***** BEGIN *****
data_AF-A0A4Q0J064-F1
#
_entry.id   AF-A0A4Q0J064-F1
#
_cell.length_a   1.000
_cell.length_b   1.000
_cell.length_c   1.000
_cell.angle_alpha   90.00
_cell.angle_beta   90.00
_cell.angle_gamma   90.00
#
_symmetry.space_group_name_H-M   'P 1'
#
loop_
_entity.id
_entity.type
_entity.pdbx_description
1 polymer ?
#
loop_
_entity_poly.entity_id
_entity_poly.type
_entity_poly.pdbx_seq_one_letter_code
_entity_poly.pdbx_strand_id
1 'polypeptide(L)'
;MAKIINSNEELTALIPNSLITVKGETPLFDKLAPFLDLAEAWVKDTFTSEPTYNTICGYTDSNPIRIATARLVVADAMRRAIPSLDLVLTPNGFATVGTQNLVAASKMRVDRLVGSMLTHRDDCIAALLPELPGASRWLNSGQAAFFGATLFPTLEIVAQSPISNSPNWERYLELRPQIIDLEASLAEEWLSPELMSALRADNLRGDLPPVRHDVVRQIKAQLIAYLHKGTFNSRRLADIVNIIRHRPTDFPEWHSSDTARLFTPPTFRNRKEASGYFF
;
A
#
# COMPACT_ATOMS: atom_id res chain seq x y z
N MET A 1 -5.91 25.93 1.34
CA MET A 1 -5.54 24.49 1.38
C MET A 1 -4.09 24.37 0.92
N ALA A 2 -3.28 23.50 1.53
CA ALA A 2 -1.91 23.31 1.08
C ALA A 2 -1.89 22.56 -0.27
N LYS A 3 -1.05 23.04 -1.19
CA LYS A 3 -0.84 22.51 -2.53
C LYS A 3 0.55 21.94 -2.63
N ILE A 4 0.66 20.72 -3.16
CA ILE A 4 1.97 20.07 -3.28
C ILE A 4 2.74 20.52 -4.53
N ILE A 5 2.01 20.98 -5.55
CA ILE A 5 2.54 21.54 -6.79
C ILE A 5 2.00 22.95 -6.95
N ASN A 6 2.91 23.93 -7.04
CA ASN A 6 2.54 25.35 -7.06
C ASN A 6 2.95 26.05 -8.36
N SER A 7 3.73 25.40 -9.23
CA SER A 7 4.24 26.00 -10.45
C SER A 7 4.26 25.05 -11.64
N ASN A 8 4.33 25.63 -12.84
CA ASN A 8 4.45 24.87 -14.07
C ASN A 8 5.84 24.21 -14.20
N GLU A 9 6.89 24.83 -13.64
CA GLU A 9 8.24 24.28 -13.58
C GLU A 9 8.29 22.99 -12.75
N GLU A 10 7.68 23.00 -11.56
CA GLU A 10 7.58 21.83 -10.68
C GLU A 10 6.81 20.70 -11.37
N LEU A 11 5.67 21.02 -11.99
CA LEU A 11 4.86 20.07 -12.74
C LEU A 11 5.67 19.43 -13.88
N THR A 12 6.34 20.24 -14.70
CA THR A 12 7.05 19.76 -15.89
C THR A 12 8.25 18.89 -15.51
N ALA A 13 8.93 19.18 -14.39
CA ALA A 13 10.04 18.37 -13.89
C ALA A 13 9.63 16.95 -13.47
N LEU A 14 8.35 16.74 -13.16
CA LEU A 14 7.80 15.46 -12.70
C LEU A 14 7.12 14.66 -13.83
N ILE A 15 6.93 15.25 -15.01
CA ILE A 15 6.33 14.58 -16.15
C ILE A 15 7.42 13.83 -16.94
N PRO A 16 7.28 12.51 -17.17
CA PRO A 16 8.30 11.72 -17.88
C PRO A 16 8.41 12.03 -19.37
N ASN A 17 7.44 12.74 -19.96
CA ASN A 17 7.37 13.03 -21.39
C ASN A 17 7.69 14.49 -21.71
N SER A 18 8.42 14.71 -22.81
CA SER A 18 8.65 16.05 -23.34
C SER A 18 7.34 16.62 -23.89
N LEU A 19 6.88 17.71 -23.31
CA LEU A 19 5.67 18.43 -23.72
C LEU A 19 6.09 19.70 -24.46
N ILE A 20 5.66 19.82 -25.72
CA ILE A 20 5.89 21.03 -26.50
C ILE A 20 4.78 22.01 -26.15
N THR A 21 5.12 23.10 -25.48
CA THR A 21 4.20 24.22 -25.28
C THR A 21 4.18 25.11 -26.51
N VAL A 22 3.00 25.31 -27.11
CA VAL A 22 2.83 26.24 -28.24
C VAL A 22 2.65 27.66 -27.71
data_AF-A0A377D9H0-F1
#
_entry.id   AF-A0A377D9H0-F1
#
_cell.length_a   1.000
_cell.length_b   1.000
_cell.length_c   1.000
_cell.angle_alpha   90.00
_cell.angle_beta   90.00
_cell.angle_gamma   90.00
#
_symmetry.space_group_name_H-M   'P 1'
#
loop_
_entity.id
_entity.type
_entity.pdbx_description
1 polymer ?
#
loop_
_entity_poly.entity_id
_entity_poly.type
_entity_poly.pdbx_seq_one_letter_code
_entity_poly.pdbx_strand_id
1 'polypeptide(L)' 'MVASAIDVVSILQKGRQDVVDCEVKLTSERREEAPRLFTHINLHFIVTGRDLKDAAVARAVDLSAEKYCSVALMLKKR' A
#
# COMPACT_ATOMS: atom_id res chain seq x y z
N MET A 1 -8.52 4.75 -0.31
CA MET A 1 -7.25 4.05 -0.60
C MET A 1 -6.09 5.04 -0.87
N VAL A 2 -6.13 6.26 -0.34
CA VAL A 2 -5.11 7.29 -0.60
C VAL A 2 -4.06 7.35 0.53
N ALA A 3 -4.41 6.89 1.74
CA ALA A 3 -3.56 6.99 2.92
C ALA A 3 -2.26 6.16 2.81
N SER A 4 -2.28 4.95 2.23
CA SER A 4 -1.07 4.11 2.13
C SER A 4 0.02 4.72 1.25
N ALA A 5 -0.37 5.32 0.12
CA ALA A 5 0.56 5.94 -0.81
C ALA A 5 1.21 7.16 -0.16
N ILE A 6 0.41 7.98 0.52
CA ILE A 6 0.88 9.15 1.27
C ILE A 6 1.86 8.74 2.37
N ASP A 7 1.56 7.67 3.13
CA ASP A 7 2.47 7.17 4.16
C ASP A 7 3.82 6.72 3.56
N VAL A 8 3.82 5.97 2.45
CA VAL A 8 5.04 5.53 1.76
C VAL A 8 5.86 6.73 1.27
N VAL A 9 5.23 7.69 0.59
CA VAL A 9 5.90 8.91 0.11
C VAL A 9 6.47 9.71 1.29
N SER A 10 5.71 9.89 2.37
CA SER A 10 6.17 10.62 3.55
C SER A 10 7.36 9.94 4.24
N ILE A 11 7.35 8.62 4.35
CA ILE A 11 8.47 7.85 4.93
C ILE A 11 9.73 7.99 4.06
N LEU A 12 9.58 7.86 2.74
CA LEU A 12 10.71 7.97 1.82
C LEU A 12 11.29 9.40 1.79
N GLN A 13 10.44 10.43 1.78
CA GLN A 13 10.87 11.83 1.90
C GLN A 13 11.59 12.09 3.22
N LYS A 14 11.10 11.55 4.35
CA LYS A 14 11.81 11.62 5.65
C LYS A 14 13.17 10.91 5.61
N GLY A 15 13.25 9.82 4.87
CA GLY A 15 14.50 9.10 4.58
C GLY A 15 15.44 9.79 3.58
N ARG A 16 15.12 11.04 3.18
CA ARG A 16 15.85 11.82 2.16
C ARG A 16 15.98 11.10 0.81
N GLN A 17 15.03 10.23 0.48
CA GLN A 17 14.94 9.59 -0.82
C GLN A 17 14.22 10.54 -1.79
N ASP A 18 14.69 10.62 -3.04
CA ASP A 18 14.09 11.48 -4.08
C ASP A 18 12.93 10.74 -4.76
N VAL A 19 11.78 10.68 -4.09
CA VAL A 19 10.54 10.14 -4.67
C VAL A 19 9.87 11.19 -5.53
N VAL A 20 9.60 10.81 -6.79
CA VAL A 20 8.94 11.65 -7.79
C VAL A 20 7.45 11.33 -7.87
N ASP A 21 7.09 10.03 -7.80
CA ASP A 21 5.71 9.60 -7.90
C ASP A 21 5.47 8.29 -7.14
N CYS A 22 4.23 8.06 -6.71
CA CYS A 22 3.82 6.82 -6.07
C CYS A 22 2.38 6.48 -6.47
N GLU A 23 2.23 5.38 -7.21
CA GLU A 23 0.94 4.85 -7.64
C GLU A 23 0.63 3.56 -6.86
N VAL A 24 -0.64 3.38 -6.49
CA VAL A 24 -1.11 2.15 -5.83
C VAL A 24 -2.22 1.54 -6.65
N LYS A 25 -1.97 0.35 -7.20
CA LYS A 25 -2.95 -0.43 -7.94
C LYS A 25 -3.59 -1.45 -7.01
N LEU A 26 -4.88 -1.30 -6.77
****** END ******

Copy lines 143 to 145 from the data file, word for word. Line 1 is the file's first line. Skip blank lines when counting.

CA ASP A 7 2.47 7.17 4.16
C ASP A 7 3.82 6.72 3.56
N VAL A 8 3.82 5.97 2.45